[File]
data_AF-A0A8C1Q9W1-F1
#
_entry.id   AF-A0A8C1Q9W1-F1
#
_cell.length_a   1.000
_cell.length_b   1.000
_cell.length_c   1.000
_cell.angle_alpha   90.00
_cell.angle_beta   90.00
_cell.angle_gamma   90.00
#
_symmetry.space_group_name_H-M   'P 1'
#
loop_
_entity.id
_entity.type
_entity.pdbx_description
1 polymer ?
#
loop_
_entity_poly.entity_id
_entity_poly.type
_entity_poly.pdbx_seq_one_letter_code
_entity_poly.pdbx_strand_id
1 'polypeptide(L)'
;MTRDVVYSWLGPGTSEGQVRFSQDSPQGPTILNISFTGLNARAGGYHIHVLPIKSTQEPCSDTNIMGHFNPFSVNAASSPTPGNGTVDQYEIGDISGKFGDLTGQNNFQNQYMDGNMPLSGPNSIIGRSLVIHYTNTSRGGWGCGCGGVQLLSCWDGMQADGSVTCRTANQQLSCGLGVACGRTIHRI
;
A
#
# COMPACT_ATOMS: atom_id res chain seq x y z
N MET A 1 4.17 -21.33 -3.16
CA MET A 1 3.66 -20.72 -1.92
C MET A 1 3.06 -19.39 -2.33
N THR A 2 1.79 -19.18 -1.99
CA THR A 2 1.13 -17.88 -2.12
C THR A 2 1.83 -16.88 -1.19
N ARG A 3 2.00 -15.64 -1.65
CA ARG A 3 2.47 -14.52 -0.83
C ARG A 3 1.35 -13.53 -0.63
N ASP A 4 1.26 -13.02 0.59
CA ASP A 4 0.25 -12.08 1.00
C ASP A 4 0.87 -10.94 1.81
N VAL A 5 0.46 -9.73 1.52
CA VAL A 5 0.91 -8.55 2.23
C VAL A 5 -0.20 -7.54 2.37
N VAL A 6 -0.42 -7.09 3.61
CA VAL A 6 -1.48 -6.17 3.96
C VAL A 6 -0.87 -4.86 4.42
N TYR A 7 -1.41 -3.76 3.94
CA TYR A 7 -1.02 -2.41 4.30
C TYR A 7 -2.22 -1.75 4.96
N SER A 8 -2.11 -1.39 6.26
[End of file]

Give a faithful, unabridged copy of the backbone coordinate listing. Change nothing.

data_AF-A0A8C1Q9W1-F1
#
_entry.id   AF-A0A8C1Q9W1-F1
#
_cell.length_a   1.000
_cell.length_b   1.000
_cell.length_c   1.000
_cell.angle_alpha   90.00
_cell.angle_beta   90.00
_cell.angle_gamma   90.00
#
_symmetry.space_group_name_H-M   'P 1'
#
loop_
_entity.id
_entity.type
_entity.pdbx_description
1 polymer ?
#
loop_
_entity_poly.entity_id
_entity_poly.type
_entity_poly.pdbx_seq_one_letter_code
_entity_poly.pdbx_strand_id
1 'polypeptide(L)'
;MTRDVVYSWLGPGTSEGQVRFSQDSPQGPTILNISFTGLNARAGGYHIHVLPIKSTQEPCSDTNIMGHFNPFSVNAASSPTPGNGTVDQYEIGDISGKFGDLTGQNNFQNQYMDGNMPLSGPNSIIGRSLVIHYTNTSRGGWGCGCGGVQLLSCWDGMQADGSVTCRTANQQLSCGLGVACGRTIHRI
;
A
#
# COMPACT_ATOMS: atom_id res chain seq x y z
N MET A 1 4.17 -21.33 -3.16
CA MET A 1 3.66 -20.72 -1.92
C MET A 1 3.06 -19.39 -2.33
N THR A 2 1.79 -19.18 -1.99
CA THR A 2 1.13 -17.88 -2.12
C THR A 2 1.83 -16.88 -1.19
N ARG A 3 2.00 -15.64 -1.65
CA ARG A 3 2.47 -14.52 -0.83
C ARG A 3 1.35 -13.53 -0.63
N ASP A 4 1.26 -13.02 0.59
CA ASP A 4 0.25 -12.08 1.00
C ASP A 4 0.87 -10.94 1.81
N VAL A 5 0.46 -9.73 1.52
CA VAL A 5 0.91 -8.55 2.23
C VAL A 5 -0.20 -7.54 2.37
N VAL A 6 -0.42 -7.09 3.61
CA VAL A 6 -1.48 -6.17 3.96
C VAL A 6 -0.87 -4.86 4.42
N TYR A 7 -1.41 -3.76 3.94
CA TYR A 7 -1.02 -2.41 4.30
C TYR A 7 -2.22 -1.75 4.96
N SER A 8 -2.11 -1.39 6.26